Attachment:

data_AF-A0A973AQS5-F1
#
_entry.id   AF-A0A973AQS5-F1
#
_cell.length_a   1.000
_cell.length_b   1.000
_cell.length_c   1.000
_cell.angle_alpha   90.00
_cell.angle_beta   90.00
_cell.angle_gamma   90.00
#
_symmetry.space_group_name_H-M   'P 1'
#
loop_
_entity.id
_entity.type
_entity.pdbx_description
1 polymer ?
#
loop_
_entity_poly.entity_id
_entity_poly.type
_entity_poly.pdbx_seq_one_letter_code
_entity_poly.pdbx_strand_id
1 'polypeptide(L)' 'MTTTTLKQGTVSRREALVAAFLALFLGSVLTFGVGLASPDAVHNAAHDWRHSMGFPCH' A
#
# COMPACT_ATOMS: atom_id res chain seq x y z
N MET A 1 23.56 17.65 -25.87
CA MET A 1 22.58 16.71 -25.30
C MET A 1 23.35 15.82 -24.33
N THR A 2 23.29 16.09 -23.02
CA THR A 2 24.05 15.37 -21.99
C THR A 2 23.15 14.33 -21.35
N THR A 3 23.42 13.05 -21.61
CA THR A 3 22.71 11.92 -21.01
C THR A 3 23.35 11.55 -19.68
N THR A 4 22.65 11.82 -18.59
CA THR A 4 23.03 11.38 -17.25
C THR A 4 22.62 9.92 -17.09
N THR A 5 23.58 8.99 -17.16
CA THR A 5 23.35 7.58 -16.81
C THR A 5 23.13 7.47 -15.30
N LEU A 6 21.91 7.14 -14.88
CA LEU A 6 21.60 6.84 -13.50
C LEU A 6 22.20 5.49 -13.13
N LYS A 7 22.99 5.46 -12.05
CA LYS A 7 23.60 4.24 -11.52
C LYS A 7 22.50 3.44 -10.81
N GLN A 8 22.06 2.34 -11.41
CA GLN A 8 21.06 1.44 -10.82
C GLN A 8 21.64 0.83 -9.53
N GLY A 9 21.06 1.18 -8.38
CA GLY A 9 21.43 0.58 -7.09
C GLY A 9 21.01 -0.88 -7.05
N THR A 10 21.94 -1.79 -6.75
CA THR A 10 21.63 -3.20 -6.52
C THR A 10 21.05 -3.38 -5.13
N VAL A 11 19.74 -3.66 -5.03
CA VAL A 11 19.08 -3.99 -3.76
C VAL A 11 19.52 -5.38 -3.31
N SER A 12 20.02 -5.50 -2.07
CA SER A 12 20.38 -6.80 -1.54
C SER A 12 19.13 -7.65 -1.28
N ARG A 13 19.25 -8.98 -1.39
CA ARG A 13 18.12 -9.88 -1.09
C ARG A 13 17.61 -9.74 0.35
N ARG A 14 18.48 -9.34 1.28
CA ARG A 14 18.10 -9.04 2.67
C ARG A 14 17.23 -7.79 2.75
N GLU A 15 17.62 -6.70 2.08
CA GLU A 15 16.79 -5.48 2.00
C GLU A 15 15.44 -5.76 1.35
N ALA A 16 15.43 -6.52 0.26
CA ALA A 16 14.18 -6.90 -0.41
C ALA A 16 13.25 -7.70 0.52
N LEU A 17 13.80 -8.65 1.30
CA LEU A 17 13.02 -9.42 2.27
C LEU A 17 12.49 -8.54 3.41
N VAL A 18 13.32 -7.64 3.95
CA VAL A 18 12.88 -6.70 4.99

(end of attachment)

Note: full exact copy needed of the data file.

data_AF-A0A973AQS5-F1
#
_entry.id   AF-A0A973AQS5-F1
#
_cell.length_a   1.000
_cell.length_b   1.000
_cell.length_c   1.000
_cell.angle_alpha   90.00
_cell.angle_beta   90.00
_cell.angle_gamma   90.00
#
_symmetry.space_group_name_H-M   'P 1'
#
loop_
_entity.id
_entity.type
_entity.pdbx_description
1 polymer ?
#
loop_
_entity_poly.entity_id
_entity_poly.type
_entity_poly.pdbx_seq_one_letter_code
_entity_poly.pdbx_strand_id
1 'polypeptide(L)' 'MTTTTLKQGTVSRREALVAAFLALFLGSVLTFGVGLASPDAVHNAAHDWRHSMGFPCH' A
#
# COMPACT_ATOMS: atom_id res chain seq x y z
N MET A 1 23.56 17.65 -25.87
CA MET A 1 22.58 16.71 -25.30
C MET A 1 23.35 15.82 -24.33
N THR A 2 23.29 16.09 -23.02
CA THR A 2 24.05 15.37 -21.99
C THR A 2 23.15 14.33 -21.35
N THR A 3 23.42 13.05 -21.61
CA THR A 3 22.71 11.92 -21.01
C THR A 3 23.35 11.55 -19.68
N THR A 4 22.65 11.82 -18.59
CA THR A 4 23.03 11.38 -17.25
C THR A 4 22.62 9.92 -17.09
N THR A 5 23.58 8.99 -17.16
CA THR A 5 23.35 7.58 -16.81
C THR A 5 23.13 7.47 -15.30
N LEU A 6 21.91 7.14 -14.88
CA LEU A 6 21.60 6.84 -13.50
C LEU A 6 22.20 5.49 -13.13
N LYS A 7 22.99 5.46 -12.05
CA LYS A 7 23.60 4.24 -11.52
C LYS A 7 22.50 3.44 -10.81
N GLN A 8 22.06 2.34 -11.41
CA GLN A 8 21.06 1.44 -10.82
C GLN A 8 21.64 0.83 -9.53
N GLY A 9 21.06 1.18 -8.38
CA GLY A 9 21.43 0.58 -7.09
C GLY A 9 21.01 -0.88 -7.05
N THR A 10 21.94 -1.79 -6.75
CA THR A 10 21.63 -3.20 -6.52
C THR A 10 21.05 -3.38 -5.13
N VAL A 11 19.74 -3.66 -5.03
CA VAL A 11 19.08 -3.99 -3.76
C VAL A 11 19.52 -5.38 -3.31
N SER A 12 20.02 -5.50 -2.07
CA SER A 12 20.38 -6.80 -1.54
C SER A 12 19.13 -7.65 -1.28
N ARG A 13 19.25 -8.98 -1.39
CA ARG A 13 18.12 -9.88 -1.09
C ARG A 13 17.61 -9.74 0.35
N ARG A 14 18.48 -9.34 1.28
CA ARG A 14 18.10 -9.04 2.67
C ARG A 14 17.23 -7.79 2.75
N GLU A 15 17.62 -6.70 2.08
CA GLU A 15 16.79 -5.48 2.00
C GLU A 15 15.44 -5.76 1.35
N ALA A 16 15.43 -6.52 0.26
CA ALA A 16 14.18 -6.90 -0.41
C ALA A 16 13.25 -7.70 0.52
N LEU A 17 13.80 -8.65 1.30
CA LEU A 17 13.02 -9.42 2.27
C LEU A 17 12.49 -8.54 3.41
N VAL A 18 13.32 -7.64 3.95
CA VAL A 18 12.88 -6.70 4.99